Proposed Fix For Medical Cannabis Card Carriers Creates Problem For Speaker Of the House Brian Egolf; No Love Lost Between Journal and Speaker Mandating Extreme Caution

On August 29, 2019, Santa Fe District Judge Bryan Biedscheid ruled that New Mexico must allow non-residents to participate in its medical cannabis program. The court ruling centers on amendments made to the medical cannabis law by the 2019 New Mexico Legislature and which Governor Lujan Grisham signed into law. The changes took effect on July 1, 2019. The legislature changed the definition of “qualified patient” by removing a requirement that an enrolled member of the medical cannabis program must be a New Mexico resident. According to the court’s ruling the language of the amended medical cannabis statute is clear.

In his ruling, Judge Biedscheid said

“This statute, plainly and unambiguously, does away with the requirement of residence of the state of New Mexico. … it does not allow the Department of Health to withhold identification cards to qualifying patients who live outside of New Mexico. … Continuing to insist on a showing of residence for eligibility in the program, when that has been taken out by the Legislature, is not appropriate.”

Governor Michelle Lujan Grisham strongly criticized the ruling saying the state would appeal the decision by issuing the following statement:

“We remain of the opinion that New Mexico’s medical cannabis program should not be bulldozed by an out-of-state litigant operating with his own financial interests at heart rather than those of the state’s medical program or of the many New Mexicans who depend upon it … [The ruling] contradicts both the intent of the legislative sponsor and the interpretation of the New Mexico Department of Health … and the state plans to appeal the decision.”

According to the New Mexico Department of health, there are 80,257 patients enrolled in New Mexico’s medical cannabis program as of last month with 421 out-of-state residents have enrolled. Most of the out of state residents are from Texas.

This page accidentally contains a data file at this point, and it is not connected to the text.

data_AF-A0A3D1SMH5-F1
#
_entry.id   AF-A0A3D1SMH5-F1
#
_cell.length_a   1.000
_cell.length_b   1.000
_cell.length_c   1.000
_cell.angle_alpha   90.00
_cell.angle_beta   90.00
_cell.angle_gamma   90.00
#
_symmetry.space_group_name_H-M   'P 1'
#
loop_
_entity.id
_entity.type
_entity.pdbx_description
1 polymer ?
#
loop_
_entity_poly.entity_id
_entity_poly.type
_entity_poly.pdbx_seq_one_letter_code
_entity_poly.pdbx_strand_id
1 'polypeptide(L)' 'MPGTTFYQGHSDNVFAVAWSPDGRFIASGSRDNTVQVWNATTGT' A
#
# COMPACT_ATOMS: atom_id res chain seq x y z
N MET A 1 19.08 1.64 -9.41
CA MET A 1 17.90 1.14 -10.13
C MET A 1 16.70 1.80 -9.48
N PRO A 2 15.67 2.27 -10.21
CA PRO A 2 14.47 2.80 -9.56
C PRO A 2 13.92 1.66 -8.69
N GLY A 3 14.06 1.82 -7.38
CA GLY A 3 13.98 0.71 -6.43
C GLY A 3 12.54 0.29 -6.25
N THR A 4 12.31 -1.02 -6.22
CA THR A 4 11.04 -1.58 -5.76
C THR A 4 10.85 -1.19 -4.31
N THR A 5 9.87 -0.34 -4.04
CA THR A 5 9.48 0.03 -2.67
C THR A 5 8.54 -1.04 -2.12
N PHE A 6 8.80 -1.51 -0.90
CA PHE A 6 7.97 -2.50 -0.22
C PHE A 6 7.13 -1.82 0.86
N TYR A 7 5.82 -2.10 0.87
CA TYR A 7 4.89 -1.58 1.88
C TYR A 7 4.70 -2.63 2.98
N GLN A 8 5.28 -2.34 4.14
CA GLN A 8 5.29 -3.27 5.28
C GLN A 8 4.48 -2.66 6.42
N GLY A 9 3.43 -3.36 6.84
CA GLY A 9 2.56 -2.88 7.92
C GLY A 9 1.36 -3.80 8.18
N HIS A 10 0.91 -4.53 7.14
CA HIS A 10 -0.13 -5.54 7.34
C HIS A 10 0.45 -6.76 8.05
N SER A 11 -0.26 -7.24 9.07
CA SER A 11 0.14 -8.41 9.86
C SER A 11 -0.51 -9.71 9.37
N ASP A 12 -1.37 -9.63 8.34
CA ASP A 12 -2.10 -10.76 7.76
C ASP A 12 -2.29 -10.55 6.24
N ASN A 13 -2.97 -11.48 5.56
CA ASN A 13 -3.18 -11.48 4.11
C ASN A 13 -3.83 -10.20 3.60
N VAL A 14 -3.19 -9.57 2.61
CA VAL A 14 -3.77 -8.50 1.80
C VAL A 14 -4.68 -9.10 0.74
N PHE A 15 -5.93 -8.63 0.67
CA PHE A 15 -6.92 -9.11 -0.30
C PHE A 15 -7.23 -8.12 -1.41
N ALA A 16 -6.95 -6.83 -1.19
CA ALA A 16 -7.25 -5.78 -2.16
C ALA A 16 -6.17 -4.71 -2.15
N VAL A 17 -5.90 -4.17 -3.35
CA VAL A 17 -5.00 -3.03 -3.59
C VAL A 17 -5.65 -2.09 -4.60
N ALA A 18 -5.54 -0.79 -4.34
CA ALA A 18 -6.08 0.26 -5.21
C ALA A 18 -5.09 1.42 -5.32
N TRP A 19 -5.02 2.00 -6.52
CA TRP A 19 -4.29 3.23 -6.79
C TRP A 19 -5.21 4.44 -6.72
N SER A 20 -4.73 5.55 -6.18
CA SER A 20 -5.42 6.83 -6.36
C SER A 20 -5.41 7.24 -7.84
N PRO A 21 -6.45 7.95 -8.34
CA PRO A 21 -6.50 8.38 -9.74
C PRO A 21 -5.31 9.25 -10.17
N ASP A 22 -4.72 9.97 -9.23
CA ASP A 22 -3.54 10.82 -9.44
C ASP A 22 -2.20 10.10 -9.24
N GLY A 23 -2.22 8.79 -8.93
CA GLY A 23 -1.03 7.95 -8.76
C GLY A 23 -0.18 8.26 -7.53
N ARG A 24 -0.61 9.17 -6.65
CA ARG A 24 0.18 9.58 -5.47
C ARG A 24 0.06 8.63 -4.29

The Plaintiffs’ attorney suing the state on behalf Ultra Health LLC, a prominent licensed medical cannabis producer and its President Duke Rodriquez, is New Mexico Speaker of the House Brian Egolf, a prominent Santa Fe trial attorney. Speaker Egolf voted for the original amendments in the 2019 legislature and then challenged the legislation in court.


The 2020 New Mexico legislature began on January 21, 2020, and with its start came the introduction of Senate Bill 139 sponsored by Democrat NM State Senator Gerald Ortis y Pino. The legislation is intended to correct the state law to prohibit out of state residents from obtaining medical cannabis cards and to require “in state residency”. According to Senator Ortiz y Pino:

“The whole intent from Day One was not to throw it open” .

Not surprising, Governor Michelle Lujan Grisham is backing the proposed “fix” to the state’s medical marijuana laws and has added it to the call agenda. Lujan Grisham spokesman Tripp Stelnicki said that if the bill wins approval, these out-of-state individuals who enrolled after the judge’s ruling will get to keep accessing medical marijuana in New Mexico until their one-year medical cannabis cards expire and they will not be allowed to renew the identification cards.